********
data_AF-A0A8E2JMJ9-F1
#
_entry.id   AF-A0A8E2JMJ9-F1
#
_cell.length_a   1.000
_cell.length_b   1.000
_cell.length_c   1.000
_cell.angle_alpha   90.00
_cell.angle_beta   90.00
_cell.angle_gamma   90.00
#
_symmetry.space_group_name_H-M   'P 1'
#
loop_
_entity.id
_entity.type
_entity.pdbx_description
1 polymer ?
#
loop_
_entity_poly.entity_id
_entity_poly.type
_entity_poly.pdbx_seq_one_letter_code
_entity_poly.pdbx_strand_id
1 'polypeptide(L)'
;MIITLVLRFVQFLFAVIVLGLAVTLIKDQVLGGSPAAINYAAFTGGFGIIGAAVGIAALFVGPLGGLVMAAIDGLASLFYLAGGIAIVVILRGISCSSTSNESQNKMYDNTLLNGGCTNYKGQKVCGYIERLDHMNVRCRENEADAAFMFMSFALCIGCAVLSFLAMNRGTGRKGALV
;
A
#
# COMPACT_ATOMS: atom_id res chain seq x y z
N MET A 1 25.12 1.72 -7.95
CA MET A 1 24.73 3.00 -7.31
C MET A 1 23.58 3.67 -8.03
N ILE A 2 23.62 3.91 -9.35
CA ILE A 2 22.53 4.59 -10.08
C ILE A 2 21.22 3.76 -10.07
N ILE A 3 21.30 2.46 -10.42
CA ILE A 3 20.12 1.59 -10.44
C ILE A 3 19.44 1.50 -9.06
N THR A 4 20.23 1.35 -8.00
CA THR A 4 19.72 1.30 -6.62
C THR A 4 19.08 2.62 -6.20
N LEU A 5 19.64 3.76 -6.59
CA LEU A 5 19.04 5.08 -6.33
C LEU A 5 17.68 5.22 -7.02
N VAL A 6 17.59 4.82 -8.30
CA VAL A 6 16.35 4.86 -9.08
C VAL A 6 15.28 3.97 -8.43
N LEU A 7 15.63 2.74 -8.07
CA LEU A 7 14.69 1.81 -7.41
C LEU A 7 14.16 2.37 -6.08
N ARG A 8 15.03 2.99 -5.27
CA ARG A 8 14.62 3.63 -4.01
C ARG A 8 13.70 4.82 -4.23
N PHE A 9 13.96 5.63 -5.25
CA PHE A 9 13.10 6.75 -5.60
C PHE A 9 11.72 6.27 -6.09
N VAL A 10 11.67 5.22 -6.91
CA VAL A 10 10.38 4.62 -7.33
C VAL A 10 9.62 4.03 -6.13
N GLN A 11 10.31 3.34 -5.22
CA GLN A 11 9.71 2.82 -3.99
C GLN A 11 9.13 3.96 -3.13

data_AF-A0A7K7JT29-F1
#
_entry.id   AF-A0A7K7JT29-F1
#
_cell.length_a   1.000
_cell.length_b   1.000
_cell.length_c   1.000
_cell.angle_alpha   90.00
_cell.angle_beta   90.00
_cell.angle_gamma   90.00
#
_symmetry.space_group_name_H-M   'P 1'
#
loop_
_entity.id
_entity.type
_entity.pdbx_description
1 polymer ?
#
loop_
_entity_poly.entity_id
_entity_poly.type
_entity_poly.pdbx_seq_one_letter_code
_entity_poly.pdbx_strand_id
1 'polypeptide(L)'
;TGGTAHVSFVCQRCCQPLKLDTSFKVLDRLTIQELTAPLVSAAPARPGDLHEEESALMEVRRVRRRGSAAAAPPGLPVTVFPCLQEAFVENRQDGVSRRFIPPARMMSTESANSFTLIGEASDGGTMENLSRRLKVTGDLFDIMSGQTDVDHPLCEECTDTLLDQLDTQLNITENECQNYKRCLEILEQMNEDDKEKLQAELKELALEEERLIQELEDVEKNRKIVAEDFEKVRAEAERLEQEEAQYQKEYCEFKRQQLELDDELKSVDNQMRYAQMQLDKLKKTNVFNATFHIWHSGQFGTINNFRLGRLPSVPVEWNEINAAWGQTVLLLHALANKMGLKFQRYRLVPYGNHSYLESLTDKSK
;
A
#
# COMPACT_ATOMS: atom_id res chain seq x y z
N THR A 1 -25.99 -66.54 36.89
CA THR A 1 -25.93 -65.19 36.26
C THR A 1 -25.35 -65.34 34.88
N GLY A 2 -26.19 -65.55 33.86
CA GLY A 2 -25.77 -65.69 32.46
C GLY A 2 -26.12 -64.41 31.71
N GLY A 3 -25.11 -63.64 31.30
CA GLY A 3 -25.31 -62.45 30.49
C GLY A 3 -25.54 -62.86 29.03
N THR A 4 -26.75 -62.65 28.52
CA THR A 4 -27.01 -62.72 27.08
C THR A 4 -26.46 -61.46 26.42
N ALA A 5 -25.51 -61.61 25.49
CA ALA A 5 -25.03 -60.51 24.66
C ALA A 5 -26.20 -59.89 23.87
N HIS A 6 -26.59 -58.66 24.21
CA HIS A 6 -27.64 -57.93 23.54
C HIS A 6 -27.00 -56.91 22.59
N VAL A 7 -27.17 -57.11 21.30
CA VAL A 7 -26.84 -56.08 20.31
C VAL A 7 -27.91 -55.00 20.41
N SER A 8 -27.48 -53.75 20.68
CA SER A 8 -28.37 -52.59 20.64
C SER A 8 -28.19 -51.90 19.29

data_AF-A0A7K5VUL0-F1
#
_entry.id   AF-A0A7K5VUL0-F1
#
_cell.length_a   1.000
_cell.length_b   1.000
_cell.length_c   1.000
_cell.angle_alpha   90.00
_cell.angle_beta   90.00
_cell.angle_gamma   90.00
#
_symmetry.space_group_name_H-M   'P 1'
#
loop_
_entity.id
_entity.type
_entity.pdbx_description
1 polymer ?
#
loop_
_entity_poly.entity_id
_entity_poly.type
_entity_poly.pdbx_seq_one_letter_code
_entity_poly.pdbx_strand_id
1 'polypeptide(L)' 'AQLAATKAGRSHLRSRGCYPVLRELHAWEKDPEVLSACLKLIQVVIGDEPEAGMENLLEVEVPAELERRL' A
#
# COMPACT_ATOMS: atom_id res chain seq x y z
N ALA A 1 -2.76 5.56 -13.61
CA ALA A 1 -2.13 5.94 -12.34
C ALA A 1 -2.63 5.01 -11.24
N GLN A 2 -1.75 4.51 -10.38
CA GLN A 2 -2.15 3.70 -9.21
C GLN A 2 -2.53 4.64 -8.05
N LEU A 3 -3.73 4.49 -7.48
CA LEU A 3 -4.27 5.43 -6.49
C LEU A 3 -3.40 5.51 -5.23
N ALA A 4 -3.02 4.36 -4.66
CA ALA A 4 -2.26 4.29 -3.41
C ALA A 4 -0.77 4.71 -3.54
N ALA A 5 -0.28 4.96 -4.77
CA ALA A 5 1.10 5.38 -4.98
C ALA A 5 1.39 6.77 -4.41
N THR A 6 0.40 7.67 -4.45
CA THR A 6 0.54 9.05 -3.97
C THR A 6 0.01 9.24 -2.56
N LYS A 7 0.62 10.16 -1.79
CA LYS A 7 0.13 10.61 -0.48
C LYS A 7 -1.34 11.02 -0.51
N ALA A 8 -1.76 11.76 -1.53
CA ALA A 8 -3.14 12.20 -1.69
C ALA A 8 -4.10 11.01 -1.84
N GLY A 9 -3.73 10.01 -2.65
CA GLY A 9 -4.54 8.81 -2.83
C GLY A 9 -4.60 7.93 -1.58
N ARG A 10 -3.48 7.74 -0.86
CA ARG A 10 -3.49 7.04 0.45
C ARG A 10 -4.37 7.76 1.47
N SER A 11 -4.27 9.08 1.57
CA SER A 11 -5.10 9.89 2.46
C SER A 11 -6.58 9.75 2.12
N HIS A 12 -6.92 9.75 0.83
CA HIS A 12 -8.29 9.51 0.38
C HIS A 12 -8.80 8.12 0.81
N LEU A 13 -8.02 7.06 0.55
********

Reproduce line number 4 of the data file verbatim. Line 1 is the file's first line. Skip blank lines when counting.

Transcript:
#